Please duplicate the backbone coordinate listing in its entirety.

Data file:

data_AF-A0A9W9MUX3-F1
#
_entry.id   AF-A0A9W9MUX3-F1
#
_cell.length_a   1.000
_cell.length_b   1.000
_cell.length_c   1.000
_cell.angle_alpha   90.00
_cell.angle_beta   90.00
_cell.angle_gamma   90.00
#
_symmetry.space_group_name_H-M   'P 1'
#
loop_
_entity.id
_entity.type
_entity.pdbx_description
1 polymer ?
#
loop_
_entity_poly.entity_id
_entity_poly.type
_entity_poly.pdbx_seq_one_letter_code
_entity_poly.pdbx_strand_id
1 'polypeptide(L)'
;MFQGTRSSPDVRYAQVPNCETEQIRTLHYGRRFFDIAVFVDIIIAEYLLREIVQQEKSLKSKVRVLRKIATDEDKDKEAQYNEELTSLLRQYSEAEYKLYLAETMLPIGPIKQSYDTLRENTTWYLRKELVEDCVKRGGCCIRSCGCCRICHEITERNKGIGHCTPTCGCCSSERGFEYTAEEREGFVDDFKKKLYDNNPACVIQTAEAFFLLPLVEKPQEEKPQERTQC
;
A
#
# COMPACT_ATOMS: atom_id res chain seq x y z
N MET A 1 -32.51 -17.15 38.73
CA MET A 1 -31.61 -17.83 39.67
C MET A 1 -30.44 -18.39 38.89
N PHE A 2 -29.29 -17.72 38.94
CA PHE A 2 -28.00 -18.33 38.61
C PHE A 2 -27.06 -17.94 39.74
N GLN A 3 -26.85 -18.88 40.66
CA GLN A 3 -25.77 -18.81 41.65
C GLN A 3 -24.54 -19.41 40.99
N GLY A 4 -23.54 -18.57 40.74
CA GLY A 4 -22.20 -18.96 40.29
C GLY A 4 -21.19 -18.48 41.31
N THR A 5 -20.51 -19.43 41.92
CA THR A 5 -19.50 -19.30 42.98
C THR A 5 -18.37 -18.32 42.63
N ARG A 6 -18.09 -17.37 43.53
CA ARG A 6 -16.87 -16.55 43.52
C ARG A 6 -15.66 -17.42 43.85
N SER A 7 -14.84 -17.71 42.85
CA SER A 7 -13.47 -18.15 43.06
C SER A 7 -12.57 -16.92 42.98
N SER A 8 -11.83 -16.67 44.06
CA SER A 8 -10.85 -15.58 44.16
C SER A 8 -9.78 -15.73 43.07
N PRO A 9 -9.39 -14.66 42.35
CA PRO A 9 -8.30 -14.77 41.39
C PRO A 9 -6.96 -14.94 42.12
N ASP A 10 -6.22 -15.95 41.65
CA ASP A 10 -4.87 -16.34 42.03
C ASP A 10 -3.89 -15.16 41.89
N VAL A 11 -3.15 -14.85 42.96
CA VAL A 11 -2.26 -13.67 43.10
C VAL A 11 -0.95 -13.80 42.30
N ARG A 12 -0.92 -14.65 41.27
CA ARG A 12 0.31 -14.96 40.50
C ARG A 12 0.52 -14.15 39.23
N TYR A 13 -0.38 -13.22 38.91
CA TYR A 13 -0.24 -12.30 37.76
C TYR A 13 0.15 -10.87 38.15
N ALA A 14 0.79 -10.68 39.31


data_AF-A0A9W9MUX3-F1
#
_entry.id   AF-A0A9W9MUX3-F1
#
_cell.length_a   1.000
_cell.length_b   1.000
_cell.length_c   1.000
_cell.angle_alpha   90.00
_cell.angle_beta   90.00
_cell.angle_gamma   90.00
#
_symmetry.space_group_name_H-M   'P 1'
#
loop_
_entity.id
_entity.type
_entity.pdbx_description
1 polymer ?
#
loop_
_entity_poly.entity_id
_entity_poly.type
_entity_poly.pdbx_seq_one_letter_code
_entity_poly.pdbx_strand_id
1 'polypeptide(L)'
;MFQGTRSSPDVRYAQVPNCETEQIRTLHYGRRFFDIAVFVDIIIAEYLLREIVQQEKSLKSKVRVLRKIATDEDKDKEAQYNEELTSLLRQYSEAEYKLYLAETMLPIGPIKQSYDTLRENTTWYLRKELVEDCVKRGGCCIRSCGCCRICHEITERNKGIGHCTPTCGCCSSERGFEYTAEEREGFVDDFKKKLYDNNPACVIQTAEAFFLLPLVEKPQEEKPQERTQC
;
A
#
# COMPACT_ATOMS: atom_id res chain seq x y z
N MET A 1 -32.51 -17.15 38.73
CA MET A 1 -31.61 -17.83 39.67
C MET A 1 -30.44 -18.39 38.89
N PHE A 2 -29.29 -17.72 38.94
CA PHE A 2 -28.00 -18.33 38.61
C PHE A 2 -27.06 -17.94 39.74
N GLN A 3 -26.85 -18.88 40.66
CA GLN A 3 -25.77 -18.81 41.65
C GLN A 3 -24.54 -19.41 40.99
N GLY A 4 -23.54 -18.57 40.74
CA GLY A 4 -22.20 -18.96 40.29
C GLY A 4 -21.19 -18.48 41.31
N THR A 5 -20.51 -19.43 41.92
CA THR A 5 -19.50 -19.30 42.98
C THR A 5 -18.37 -18.32 42.63
N ARG A 6 -18.09 -17.37 43.53
CA ARG A 6 -16.87 -16.55 43.52
C ARG A 6 -15.66 -17.42 43.85
N SER A 7 -14.84 -17.71 42.85
CA SER A 7 -13.47 -18.15 43.06
C SER A 7 -12.57 -16.92 42.98
N SER A 8 -11.83 -16.67 44.06
CA SER A 8 -10.85 -15.58 44.16
C SER A 8 -9.78 -15.73 43.07
N PRO A 9 -9.39 -14.66 42.35
CA PRO A 9 -8.30 -14.77 41.39
C PRO A 9 -6.96 -14.94 42.12
N ASP A 10 -6.22 -15.95 41.65
CA ASP A 10 -4.87 -16.34 42.03
C ASP A 10 -3.89 -15.16 41.89
N VAL A 11 -3.15 -14.85 42.96
CA VAL A 11 -2.26 -13.67 43.10
C VAL A 11 -0.95 -13.80 42.30
N ARG A 12 -0.92 -14.65 41.27
CA ARG A 12 0.31 -14.96 40.50
C ARG A 12 0.52 -14.15 39.23
N TYR A 13 -0.38 -13.22 38.91
CA TYR A 13 -0.24 -12.30 37.76
C TYR A 13 0.15 -10.87 38.15
N ALA A 14 0.79 -10.68 39.31